Despite the fact that its oil production is leveling off and serious questions surround projected increases in gas production, exogenous developments and domestic efforts are serving to make Algeria an increasingly important oil and gas supplier to European and U.S. markets. Simultaneously, the risks posed by Islamist terrorism seem to be escalating and reversing the diminishing trend that characterized the last four years. Nevertheless, since the beginning of the resurgence in terrorist activity during the last six months and the growing significance of the Algerian energy sector, there have only been three attacks on the energy sector itself—two on employees of foreign firms and one on a domestic gas pipeline. Considering the thousands of kilometers of pipelines and more than a dozen foreign oil and gas firms operating in the country, it is surprising that Islamist terrorists have not targeted Algeria’s energy sector more aggressively.
For the past six years, it appeared that Algeria’s security situation was improving and that the European Union’s and the United States’ growing reliance on Algerian oil and gas would not be jeopardized by the country’s Islamist insurgency. Building on his passage of the popular Civil Concord general amnesty in 1999, President Abdelaziz Bouteflika had seemingly gained the upper hand by 2002 against the Islamist insurgency that destabilized the country throughout the 1990s, and he had begun to push out of politics the members of the military who were suspected of manipulating Islamist violence. His re-election in 2004 was largely due to the perception that he was personally responsible for bringing an end to the Islamist threat in Algeria. In fact, a member of the Movement for a Peaceful Society, the government-sanctioned Islamist party, said in a private conversation with this author in November 2004, “Thank God, Bouteflika brought peace to Algeria.”
The struggle against Islamist insurgents has continued, but only one group—the former Salafist Group for Preaching and Combat (GSPC), now known as Al-Qaeda in the Islamic Maghreb (AQIM)—remains active, and its numbers are severely depleted, with estimates ranging from 250 to 500 members in contrast with the thousands of fighters distributed across at least three groups during the height of the conflict between 1994-1996. According to a high-ranking police official during an interview with the author on May 20, the police and the military have, in addition to reducing their numbers, confined the terrorists to the mountainous areas in Boumerdes province “where even the French couldn’t go when they were fighting the Algerian mujahideen” during the War of Independence. The official also said that the gendarmerie and the military have currently adopted new counter-terrorism methods, including deploying units to live in the mountains for extended periods in order to combat AQIM rather than trying to launch forays from regional military bases.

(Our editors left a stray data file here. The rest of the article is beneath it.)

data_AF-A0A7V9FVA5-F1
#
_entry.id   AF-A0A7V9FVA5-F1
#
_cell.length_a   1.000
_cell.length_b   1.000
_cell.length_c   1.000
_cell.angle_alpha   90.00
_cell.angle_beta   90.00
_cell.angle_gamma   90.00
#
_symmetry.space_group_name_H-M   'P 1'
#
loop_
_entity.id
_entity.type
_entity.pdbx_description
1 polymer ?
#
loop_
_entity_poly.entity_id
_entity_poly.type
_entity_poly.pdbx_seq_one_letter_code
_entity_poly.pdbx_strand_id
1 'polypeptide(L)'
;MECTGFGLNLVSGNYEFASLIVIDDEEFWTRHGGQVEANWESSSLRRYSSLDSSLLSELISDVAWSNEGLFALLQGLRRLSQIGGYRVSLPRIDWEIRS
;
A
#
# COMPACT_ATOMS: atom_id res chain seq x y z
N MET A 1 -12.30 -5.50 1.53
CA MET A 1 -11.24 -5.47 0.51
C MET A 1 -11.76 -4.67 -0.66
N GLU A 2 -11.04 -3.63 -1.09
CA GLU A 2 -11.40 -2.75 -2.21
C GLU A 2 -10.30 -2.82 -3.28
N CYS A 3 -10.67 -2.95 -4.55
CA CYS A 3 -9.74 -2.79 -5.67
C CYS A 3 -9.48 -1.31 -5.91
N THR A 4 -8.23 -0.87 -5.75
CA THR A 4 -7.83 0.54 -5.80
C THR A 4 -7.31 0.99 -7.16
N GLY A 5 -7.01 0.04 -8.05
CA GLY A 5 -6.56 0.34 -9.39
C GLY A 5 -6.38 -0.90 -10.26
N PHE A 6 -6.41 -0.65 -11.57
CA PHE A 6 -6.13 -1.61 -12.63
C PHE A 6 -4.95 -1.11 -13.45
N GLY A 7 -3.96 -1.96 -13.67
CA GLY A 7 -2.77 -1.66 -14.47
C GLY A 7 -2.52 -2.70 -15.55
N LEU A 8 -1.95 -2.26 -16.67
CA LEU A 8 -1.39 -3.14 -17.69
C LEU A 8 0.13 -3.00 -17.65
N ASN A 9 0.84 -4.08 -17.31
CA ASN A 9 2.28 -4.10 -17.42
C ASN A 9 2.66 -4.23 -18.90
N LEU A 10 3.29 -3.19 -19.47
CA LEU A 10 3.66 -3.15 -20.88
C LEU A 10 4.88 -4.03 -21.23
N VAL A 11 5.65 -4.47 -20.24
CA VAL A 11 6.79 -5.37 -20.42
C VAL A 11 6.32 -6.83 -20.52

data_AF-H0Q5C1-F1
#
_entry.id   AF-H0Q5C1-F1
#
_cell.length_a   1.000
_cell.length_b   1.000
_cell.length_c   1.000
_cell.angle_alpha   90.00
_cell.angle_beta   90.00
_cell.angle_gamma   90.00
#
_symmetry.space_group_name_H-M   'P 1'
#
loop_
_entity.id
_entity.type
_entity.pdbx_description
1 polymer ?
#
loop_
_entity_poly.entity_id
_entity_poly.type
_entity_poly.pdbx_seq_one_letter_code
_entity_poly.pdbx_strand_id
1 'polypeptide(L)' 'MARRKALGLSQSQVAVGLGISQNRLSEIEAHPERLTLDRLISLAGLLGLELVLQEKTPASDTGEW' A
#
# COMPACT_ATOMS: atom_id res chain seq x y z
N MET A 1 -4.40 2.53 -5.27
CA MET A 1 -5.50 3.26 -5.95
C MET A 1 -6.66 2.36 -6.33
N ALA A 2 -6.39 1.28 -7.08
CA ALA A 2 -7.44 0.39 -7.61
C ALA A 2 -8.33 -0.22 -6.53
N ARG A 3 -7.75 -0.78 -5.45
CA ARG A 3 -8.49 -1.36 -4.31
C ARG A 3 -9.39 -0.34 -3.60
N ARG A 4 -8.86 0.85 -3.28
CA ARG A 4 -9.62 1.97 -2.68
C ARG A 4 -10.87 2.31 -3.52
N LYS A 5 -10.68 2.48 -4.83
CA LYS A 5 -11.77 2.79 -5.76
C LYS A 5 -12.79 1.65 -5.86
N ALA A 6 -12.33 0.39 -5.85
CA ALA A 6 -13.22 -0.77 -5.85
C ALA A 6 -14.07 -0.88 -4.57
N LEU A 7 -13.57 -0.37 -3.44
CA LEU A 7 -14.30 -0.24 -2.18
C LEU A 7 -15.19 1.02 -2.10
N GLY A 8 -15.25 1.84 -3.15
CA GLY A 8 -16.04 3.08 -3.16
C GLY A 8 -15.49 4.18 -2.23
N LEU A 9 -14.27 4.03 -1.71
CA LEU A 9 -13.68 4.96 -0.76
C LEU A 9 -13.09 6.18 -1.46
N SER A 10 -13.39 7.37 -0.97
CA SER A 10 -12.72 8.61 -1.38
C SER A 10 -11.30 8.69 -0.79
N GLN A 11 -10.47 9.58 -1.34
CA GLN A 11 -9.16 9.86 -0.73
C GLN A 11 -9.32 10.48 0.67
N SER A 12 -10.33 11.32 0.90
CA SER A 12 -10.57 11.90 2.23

Nevertheless, since October 2006, terrorism in Algeria, and around Algiers in particular, has become more prevalent. On October 30, 2006, bombs exploded in front of police stations in the Algiers suburbs. This was followed by a December 2006 attack on a van carrying employees of Brown and Root-Condor—a Kellogg, Brown and Root-Sonatrach joint venture. More bombs exploded in Algeria’s Kabylia region in February this year, followed by coordinated attacks on the Algerian military on February 28. Throughout the winter and spring of 2007, Algerian soldiers clashed with Islamist terrorists, causing the highest number of casualities on both sides in recent years. On April 11, violence reached a new level with the simultaneous attacks on a police station in an Algiers suburb and the prime minister’s office in the center of the city. The last attack received international attention and raised questions about the extent to which the security situation in Algeria is deteriorating. At the same time, Algeria’s increasing centrality as a European and U.S. energy supplier makes the threat of a continued increase in terrorism all the more worrisome.
While global oil markets correctly anticipated that Algerian crude production is not likely to increase significantly in the next three years—with 2010 crude production targets scaled back from two million barrels per day (bpd) to 1.4-1.6 million bpd, or only slightly higher than the current 1.37 million bpd average—the country is unlikely to become any less important to EU oil markets. In fact, supply disruptions in the Niger Delta have actually increased the importance of Algerian production because traders are increasingly turning to Algerian Saharan blend (45° API and 0.1% sulfur) as a more reliable alternative to Nigerian Bonny Light (37º API and less than 0.1% sulfur). Algerian gas is also becoming more important to EU markets as they look to Algeria as an alternative to Russian gas and to British and U.S. markets as they expand the use of LNG in power generation. Algeria-piped gas supplies 30% of the EU’s gas needs, which is only 10% shy of Russian gas and 5% more than Norwegian; however, within certain countries Algerian supply exceeds Russian imports. For example, Italy currently imports 37% of its gas from Algeria and it is expected to import as much as 60% from Algeria by 2010. Algerian LNG supply to the UK’s Isle of Grain began in 2005 and is expected to grow during the next three or four years to meet 20% of the UK’s gas needs. Although Algeria only supplies 3.6% of the U.S. LNG imports, this figure could increase in coming years if the United States moves away from coal-powered electricity generation.
Energy Pipelines Largely Secure